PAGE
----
Little says Martinez, Garciaparra, Varitek ready
Pedro Martinez, Nomar Garciaparra and Jason Varitek have healed from last year's injuries and will be able to play on opening day.
''All three of them are coming along fine, and it looks like they'll be ready to start the season,'' Boston Red Sox manager Grady Little said Monday at Fort Myers, Fla.
Martinez threw 66 pitches in four innings Saturday, and although he surrendered six runs, said his shoulder feels great. He threw pain-free on the side Monday and is scheduled to make his fourth start Thursday.
Martinez is scheduled to make a fifth start in Florida and, barring setbacks, would start opening day, April 1. Little said Martinez should be ready to pitch five to seven innings on opening day.
NFL schedule could have late-season TV switches
ORLANDO, Fla. -- Important late-season NFL games this season might be switched from Sunday afternoon to Monday night to attract more viewers.
Commissioner Paul Tagliabue said Monday the 2002 schedule, expected to be released in the next week or two, probably will allow one Sunday game in each of the last four weeks to be moved to Monday night. Any changes would be decided at least four weeks in advance.
The new plan must still be signed off on by Fox and CBS, although Tagliabue can unilaterally approve it for the NFL.
''We are surprised to hear of this through the press, since our executives met with the commissioner socially last night, and he didn't mention it,'' Fox Sports VP Lou D'Ermilio said. ''That said, we look forward to hearing from the NFL with great interest.''
Richardson, university president meet
LITTLE ROCK, Ark. -- Nolan Richardson's bid to keep his job as Arkansas coach will be decided by the middle of the week.
Richardson and university President B. Alan Sugg met for more than three hours Monday, and Sugg said he would decide in a day or two whether to overturn Chancellor John White's decision to buy out the last six years of Richardson's contract for $500,000 a year, about half its face value.
''I'm still in the process of reviewing Dr. White's decision to terminate,'' Sugg said. ''I have a great deal of personal and professional respect for Coach Richardson. This is a tough issue, and I'll do my best to make the very best decision that I can.''
Richardson, who wants to remain as the Razorbacks' coach, said the session was a ''good meeting.''
''We presented our side. When you have a lot to talk about, it takes time,'' he said.
Naismith Awards announced
ATLANTA -- Duke's Jason Williams and Connecticut's Sue Bird won the Naismith Awards on Monday as the top college basketball players in the country.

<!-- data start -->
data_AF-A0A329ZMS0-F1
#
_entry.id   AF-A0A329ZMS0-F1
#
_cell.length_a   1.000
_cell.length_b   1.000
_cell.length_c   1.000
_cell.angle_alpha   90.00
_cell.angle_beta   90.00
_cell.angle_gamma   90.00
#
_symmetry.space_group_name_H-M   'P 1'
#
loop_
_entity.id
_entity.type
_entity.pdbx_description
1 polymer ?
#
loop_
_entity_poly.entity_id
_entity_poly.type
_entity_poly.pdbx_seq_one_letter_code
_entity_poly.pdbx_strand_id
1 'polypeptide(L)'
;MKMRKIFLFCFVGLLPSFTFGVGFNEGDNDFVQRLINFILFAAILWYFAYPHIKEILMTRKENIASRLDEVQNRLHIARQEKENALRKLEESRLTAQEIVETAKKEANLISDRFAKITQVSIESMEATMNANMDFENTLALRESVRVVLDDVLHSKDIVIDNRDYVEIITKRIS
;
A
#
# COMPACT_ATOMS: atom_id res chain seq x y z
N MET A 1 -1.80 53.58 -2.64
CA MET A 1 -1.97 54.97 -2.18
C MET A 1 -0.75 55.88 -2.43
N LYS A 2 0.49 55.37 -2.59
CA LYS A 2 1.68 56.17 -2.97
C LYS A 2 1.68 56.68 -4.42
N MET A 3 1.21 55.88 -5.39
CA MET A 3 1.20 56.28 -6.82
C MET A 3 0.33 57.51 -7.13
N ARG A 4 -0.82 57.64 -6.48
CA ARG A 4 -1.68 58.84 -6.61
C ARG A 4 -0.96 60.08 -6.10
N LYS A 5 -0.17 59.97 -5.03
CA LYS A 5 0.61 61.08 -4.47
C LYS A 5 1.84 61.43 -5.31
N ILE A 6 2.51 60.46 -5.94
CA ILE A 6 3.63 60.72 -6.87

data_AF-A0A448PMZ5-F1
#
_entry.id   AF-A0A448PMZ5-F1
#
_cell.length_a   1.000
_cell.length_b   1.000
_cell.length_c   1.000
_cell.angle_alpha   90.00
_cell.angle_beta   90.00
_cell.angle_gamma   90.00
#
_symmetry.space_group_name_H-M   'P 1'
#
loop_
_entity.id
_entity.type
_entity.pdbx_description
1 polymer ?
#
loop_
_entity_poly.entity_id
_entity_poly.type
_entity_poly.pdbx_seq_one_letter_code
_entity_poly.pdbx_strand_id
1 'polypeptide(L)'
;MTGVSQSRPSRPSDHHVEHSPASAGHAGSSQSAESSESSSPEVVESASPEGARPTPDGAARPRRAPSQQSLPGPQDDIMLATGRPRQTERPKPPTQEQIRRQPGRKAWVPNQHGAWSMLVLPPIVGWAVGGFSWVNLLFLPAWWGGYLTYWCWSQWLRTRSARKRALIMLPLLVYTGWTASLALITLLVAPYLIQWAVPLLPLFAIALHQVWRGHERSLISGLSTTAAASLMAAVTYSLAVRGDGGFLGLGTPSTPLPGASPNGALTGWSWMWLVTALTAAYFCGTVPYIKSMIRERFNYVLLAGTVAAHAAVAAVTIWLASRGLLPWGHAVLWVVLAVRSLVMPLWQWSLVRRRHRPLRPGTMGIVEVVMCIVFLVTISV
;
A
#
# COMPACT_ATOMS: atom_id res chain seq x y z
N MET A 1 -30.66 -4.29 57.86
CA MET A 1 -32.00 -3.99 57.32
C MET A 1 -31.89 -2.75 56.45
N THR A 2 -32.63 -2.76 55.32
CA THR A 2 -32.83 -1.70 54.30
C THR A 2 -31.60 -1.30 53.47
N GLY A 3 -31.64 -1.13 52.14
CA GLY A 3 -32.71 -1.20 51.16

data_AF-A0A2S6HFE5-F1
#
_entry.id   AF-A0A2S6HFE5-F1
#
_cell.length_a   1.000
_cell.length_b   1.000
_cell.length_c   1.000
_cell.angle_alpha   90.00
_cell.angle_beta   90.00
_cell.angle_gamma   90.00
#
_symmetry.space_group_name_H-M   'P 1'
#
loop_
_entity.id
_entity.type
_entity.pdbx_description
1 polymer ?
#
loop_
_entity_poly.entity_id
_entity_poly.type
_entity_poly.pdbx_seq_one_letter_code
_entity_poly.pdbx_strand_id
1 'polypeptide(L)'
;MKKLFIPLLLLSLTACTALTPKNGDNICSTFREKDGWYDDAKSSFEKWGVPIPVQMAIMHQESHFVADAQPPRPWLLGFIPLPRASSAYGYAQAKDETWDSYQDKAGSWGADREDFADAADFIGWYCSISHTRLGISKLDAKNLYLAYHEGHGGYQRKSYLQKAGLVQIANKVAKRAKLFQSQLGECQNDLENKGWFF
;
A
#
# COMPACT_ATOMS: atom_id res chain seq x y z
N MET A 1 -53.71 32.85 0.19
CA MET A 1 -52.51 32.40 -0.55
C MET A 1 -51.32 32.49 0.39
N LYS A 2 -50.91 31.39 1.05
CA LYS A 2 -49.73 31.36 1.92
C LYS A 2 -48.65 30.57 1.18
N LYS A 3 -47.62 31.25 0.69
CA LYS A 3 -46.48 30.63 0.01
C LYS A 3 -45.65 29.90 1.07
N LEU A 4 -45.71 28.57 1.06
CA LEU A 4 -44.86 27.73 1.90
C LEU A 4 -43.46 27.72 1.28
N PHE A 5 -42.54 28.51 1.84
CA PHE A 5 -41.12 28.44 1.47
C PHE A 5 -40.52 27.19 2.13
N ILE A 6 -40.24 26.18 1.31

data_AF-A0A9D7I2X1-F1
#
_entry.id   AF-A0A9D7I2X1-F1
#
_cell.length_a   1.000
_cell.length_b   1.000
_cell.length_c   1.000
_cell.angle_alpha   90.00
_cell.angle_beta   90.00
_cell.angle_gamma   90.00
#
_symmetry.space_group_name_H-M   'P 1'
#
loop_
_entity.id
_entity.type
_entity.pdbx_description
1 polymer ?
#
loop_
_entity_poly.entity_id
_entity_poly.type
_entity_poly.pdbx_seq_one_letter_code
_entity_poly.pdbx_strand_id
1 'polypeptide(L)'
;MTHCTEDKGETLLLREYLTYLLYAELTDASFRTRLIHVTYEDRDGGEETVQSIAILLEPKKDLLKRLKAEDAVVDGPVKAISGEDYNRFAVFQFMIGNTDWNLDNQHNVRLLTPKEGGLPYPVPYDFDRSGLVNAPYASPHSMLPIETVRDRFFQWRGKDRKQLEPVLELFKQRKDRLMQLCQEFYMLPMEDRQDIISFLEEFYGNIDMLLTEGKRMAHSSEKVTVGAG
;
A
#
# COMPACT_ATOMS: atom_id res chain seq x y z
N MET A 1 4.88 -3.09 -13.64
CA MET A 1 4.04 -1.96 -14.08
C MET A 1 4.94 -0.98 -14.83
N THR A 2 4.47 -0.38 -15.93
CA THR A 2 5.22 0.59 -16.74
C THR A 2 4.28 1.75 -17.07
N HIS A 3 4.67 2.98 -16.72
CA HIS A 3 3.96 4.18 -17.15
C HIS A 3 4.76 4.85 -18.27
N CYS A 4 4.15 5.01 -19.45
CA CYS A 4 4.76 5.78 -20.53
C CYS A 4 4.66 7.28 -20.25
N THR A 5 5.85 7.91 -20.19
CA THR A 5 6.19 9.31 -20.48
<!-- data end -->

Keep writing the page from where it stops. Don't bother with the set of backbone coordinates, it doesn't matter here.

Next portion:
Bird's coach at UConn, Geno Auriemma, and Pittsburgh's Ben Howland were the Atlanta Tipoff Club's choices for top coaches.
Blank moves closer to making Wolf an offer
ATLANTA -- Ron Wolf has dropped his demand for minority ownership in his contract talks to become the Atlanta Falcons' new executive vice president and general manager.
''The way the National Football League is right now, I couldn't have ownership and work,'' Wolf said Monday night. ''But there could be a possibility down the line when I retire for something to be worked out along those lines.''
Wolf, who retired nine months ago as Green Bay's executive vice president and GM, has two years left on a contract worth $1 million as a Packers consultant. He paused when asked if he's made up his mind to accept an offer from Falcons owner Arthur Blank.
The 63-year-old Wolf admitted being ''burned out'' when he resigned nine months ago from the Packers.
''I'm thinking about that, and before I comment on anything, I've got to hear where we are,'' Wolf said. ''I've got to make sure in my own mind that I can give Arthur Blank what he needs. I have to be sure of that.''
Asked about an ESPN.com report that the Falcons have offered a $4 million salary, Wolf laughed.
''That sounds a little high,'' he said before adding that he thinks the parameters are in place for a three-year deal with an option for a fourth year.
In an interview last week, Wolf told The Associated Press he would consider backing off his stated demand for equity in a franchise if ''the price was right'' for a lucrative salary.
Wolf has not met with Blank since interviewing March 8 in Atlanta, but that ''my representative and his representative are continuing to talk about all kinds of things.''
Blank, attending the NFL owners meetings in Orlando, told Falcons sposkesman Aaron Salkin that he still has not heard from Green Bay coach Mike Sherman as to what kind of compensation the Packers will seek from Atlanta.
Sherman, whom Wolf hired two years, is unlikely to ask for much more than the second-round pick the Packers received from Seattle in 1999 when Mike Holmgren left to become the Seahawks' GM and head coach.
Wolf admitted being impressed with a new Falcons board of directors, announced by Blank on Friday -- a list that includes former Washington coach Joe Gibbs, former Atlanta mayor Andrew Young, Atlanta Olympic chief Billy Payne and former Falcons quarterback Steve Bartkowski.
Gibbs, along with Post Properties CEO John Williams and Atlanta venture capitalist John Imlay, also were announced as minority owners who purchased a total of 5 percent of the franchise for $27 million.
''Arthur Blank is showing all the signs that he is serious about building a winner in Atlanta,'' Wolf said. ''He is one very, very impressive individual.''
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